Research Highlights TAG Hydrothermal Site

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TAG Hydrothermal Vent Site : Mid Atlantic Ridge 26°N

The TAG hydrothermal area is located on the MAR at 26°8'N and 44°49'W (Figure 1) which has been the focus of several studies over the last two decades [Rona, 1973; Scott et al., 1974]. TAG stands for Trans Atlantic Geotraverse which was one of the earliest geologically-oriented surveys of the Mid-Atlantic Ridge of the modern era.

An anomalous magnetic anomaly low was discovered over the rift valley in the TAG region of the MAR after the first detailed survey of the area by Rona & Scott [1972]. The dredging of hydrothermally altered rocks prompted the interpretation that the magnetic anomaly low was related to hydrothermal alteration of the underlying crust [Mcgregor & Rona, 1975, Mcgregor et al., 1977].

It was not until much later that evidence for active hydrothermal activity was observed with geochemical water column surveys [Klinkhammer et al., 1985]. Subsequent deeptow camera surveys and submersible surveys discovered low temperature hydrothermal deposits on the east wall of the rift valley [Rona, 1981; Temple et al., 1979] and a high temperature black smoker mound at the base of the east wall [Rona, 1985; Rona et al., 1986; Thompson et al., 1988].

Magnetic data at TAG

Early analysis of sea surface magnetic data over the TAG area was based on two-dimensional sea surface profiles [McGregor et al., 1977]. Inversion of these profiles assuming 2D lineated sources produced a zone of low magnetization in the rift valley. McGregor et al. suggested that hydrothermal activity was responsible for this low. A recent 3D analysis of this same 1972 dataset by Wooldridge et al., [1991] shows the three-dimensional nature of the anomaly more clearly. The inversion of the 1972 data results in a magnetization low over the location of the TAG black smoker mound area. The "jerky" nature of the 1972 data set is most probably due to errors in positioning since navigation was based on transit satellite and dead reckoning. This study presents new data collected using GPS navigation and shiptrack error correction using Sea Beam bathymetry. The magnetic data from this survey appear much smoother although the main features of the field are similar to the 1972 dataset.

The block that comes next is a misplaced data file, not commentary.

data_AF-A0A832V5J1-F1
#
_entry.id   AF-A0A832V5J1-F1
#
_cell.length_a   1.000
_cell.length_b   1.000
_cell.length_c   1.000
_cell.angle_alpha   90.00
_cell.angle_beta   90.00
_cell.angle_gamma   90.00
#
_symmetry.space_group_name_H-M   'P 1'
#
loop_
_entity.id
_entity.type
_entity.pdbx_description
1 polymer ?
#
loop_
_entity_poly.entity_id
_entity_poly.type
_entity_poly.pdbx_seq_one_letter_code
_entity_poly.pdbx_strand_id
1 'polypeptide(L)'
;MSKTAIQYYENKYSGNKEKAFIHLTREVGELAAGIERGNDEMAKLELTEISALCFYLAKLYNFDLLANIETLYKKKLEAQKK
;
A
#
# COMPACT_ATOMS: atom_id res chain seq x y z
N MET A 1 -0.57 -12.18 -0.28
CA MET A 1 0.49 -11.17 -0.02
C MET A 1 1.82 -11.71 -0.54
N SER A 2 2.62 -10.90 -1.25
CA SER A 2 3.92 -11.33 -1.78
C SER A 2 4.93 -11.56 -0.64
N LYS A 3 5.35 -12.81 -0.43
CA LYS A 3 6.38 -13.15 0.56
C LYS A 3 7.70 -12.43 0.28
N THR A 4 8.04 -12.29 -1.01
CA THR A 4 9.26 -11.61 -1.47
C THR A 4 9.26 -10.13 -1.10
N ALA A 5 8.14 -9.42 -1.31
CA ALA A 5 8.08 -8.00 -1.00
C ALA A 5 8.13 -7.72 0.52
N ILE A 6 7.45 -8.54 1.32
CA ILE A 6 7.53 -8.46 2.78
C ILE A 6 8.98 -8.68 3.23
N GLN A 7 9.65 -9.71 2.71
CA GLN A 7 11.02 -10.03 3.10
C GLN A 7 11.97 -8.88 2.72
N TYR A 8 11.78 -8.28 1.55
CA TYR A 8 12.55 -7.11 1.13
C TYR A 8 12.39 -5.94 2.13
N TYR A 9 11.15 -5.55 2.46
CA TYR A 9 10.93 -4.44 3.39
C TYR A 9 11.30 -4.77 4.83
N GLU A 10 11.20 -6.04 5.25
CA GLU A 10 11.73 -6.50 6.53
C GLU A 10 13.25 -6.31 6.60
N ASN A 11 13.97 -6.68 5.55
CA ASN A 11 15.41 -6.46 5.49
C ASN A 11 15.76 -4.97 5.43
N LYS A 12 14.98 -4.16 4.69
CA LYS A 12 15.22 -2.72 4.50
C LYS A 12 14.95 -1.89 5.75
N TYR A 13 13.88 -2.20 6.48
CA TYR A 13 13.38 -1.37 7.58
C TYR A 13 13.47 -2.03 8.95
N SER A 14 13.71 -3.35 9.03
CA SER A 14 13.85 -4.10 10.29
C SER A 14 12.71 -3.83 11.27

The 3D representation of the magnetic field over the TAG area clearly shows that the anomaly low often associated with the TAG hydrothermal field is in fact part of a magnetic high magnetic low anomaly pair (Figure 3). This high/low anomaly pair has the shape of a ying/yang symbol with a magnetic high to the northwest and a low to the southeast. The ying/yang anomaly has a peak to trough amplitude of approx. 200 nT and a horizontal distance of about 8 km (Figure 3). The maximum gradient between the high and low appears to be located directly over the black smoker vent site. A two-dimensional profile across this area would clearly give misleading information concerning the nature of this type of anomaly. This type of anomaly is characteristic of a negative point source type of feature [Tivey et al., 1989a]. Figure 4 shows the magnetic field of a negative point source with parameters similar to those at TAG. In reality the source of this anomaly is likely to be a discrete region/volume of oceanic crust rather than a point source. The point source character of the anomaly is more likely to be a result of the resolution of the data which is in this case about 4 km due to the water depth and line spacing of the data set [Miller, 1977].

The magnetic field has been inverted for crustal magnetization using the Parker and Huestis [1974] Fourier inversion technique discussed in the previous section. The inversion (Figure 5a) shows a magnetization low at center of the Brunhes. The low is located at base of east wall of rift valley and encompasses the TAG black smoker mound and surrounding area. The low is clearly separated from the neovolcanic zone (i.e. spreading axis) by about 4 km. The low is also slightly elongated in the northeast direction extending about 8 km northeast of the black smoker mound (see figure ???) and averages about 2 km wide. The black smoker mound is at the southern end of the magnetization low suggesting the possibility of further hydrothermal activity or deposits to the northeast of the mound (Figure 5b). Deeptow camera surveys and submersible traverses in this area have found inactive hydrothermal deposits undergoing tectonic disturbance to the northeast of the mound [Rona et al., 1990] providing additional evidence to support the idea that the hydrothermally affected region extends over a scale of a few kilometers. There has also been some suggestion of active venting to the northeast of the black smoker mound but as yet no active vents have been found [Klinkhammer et al., 1986].

An estimate of the volume of demagnetized crust from the magnetization inversion gives approximately 2x8x0.5 or 8 km3 of affected crust. Wooldridge et al. [1991] calculate a volume of xx km of based on forward modelling a uniformly magnetized sphere to produce the observed anomaly amplitude and peak-torugh distance.

Published in Earth and Planetary Science Letters, vol. 115, 1993.

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